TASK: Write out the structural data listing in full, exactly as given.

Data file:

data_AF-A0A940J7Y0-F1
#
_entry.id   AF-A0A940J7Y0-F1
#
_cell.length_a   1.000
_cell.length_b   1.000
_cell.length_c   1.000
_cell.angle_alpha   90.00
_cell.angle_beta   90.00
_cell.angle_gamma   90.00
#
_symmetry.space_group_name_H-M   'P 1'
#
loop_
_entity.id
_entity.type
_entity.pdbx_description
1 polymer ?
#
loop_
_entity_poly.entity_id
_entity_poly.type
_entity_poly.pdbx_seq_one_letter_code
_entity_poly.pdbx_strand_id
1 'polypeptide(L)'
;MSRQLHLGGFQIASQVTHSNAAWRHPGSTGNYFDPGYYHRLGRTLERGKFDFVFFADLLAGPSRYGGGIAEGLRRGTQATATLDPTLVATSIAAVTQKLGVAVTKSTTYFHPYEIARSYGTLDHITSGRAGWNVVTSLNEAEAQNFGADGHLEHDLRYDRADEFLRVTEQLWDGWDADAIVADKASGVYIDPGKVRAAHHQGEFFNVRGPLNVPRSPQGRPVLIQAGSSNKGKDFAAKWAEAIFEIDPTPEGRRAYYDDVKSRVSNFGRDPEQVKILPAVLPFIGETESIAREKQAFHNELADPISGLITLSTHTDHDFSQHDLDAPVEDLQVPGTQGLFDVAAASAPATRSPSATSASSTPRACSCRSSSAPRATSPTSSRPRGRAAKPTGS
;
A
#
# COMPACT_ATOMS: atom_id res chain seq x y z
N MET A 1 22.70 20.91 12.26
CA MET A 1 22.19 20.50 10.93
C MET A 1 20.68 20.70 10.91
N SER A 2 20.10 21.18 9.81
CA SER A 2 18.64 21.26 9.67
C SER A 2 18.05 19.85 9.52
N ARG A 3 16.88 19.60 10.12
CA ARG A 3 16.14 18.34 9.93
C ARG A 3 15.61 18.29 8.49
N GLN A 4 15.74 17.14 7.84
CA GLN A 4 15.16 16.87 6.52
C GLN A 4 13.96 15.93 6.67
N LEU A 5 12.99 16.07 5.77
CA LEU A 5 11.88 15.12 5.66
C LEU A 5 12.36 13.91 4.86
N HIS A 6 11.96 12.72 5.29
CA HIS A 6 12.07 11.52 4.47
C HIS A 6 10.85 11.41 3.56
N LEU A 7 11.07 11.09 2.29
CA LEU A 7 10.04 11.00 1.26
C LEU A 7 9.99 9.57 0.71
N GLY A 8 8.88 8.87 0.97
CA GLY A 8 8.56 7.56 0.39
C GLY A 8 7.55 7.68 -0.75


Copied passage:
data_AF-A0A940J7Y0-F1
#
_entry.id   AF-A0A940J7Y0-F1
#
_cell.length_a   1.000
_cell.length_b   1.000
_cell.length_c   1.000
_cell.angle_alpha   90.00
_cell.angle_beta   90.00
_cell.angle_gamma   90.00
#
_symmetry.space_group_name_H-M   'P 1'
#
loop_
_entity.id
_entity.type
_entity.pdbx_description
1 polymer ?
#
loop_
_entity_poly.entity_id
_entity_poly.type
_entity_poly.pdbx_seq_one_letter_code
_entity_poly.pdbx_strand_id
1 'polypeptide(L)'
;MSRQLHLGGFQIASQVTHSNAAWRHPGSTGNYFDPGYYHRLGRTLERGKFDFVFFADLLAGPSRYGGGIAEGLRRGTQATATLDPTLVATSIAAVTQKLGVAVTKSTTYFHPYEIARSYGTLDHITSGRAGWNVVTSLNEAEAQNFGADGHLEHDLRYDRADEFLRVTEQLWDGWDADAIVADKASGVYIDPGKVRAAHHQGEFFNVRGPLNVPRSPQGRPVLIQAGSSNKGKDFAAKWAEAIFEIDPTPEGRRAYYDDVKSRVSNFGRDPEQVKILPAVLPFIGETESIAREKQAFHNELADPISGLITLSTHTDHDFSQHDLDAPVEDLQVPGTQGLFDVAAASAPATRSPSATSASSTPRACSCRSSSAPRATSPTSSRPRGRAAKPTGS
;
A
#
# COMPACT_ATOMS: atom_id res chain seq x y z
N MET A 1 22.70 20.91 12.26
CA MET A 1 22.19 20.50 10.93
C MET A 1 20.68 20.70 10.91
N SER A 2 20.10 21.18 9.81
CA SER A 2 18.64 21.26 9.67
C SER A 2 18.05 19.85 9.52
N ARG A 3 16.88 19.60 10.12
CA ARG A 3 16.14 18.34 9.93
C ARG A 3 15.61 18.29 8.49
N GLN A 4 15.74 17.14 7.84
CA GLN A 4 15.16 16.87 6.52
C GLN A 4 13.96 15.93 6.67
N LEU A 5 12.99 16.07 5.77
CA LEU A 5 11.88 15.12 5.66
C LEU A 5 12.36 13.91 4.86
N HIS A 6 11.96 12.72 5.29
CA HIS A 6 12.07 11.52 4.47
C HIS A 6 10.85 11.41 3.56
N LEU A 7 11.07 11.09 2.29
CA LEU A 7 10.04 11.00 1.26
C LEU A 7 9.99 9.57 0.71
N GLY A 8 8.88 8.87 0.97
CA GLY A 8 8.56 7.56 0.39
C GLY A 8 7.55 7.68 -0.75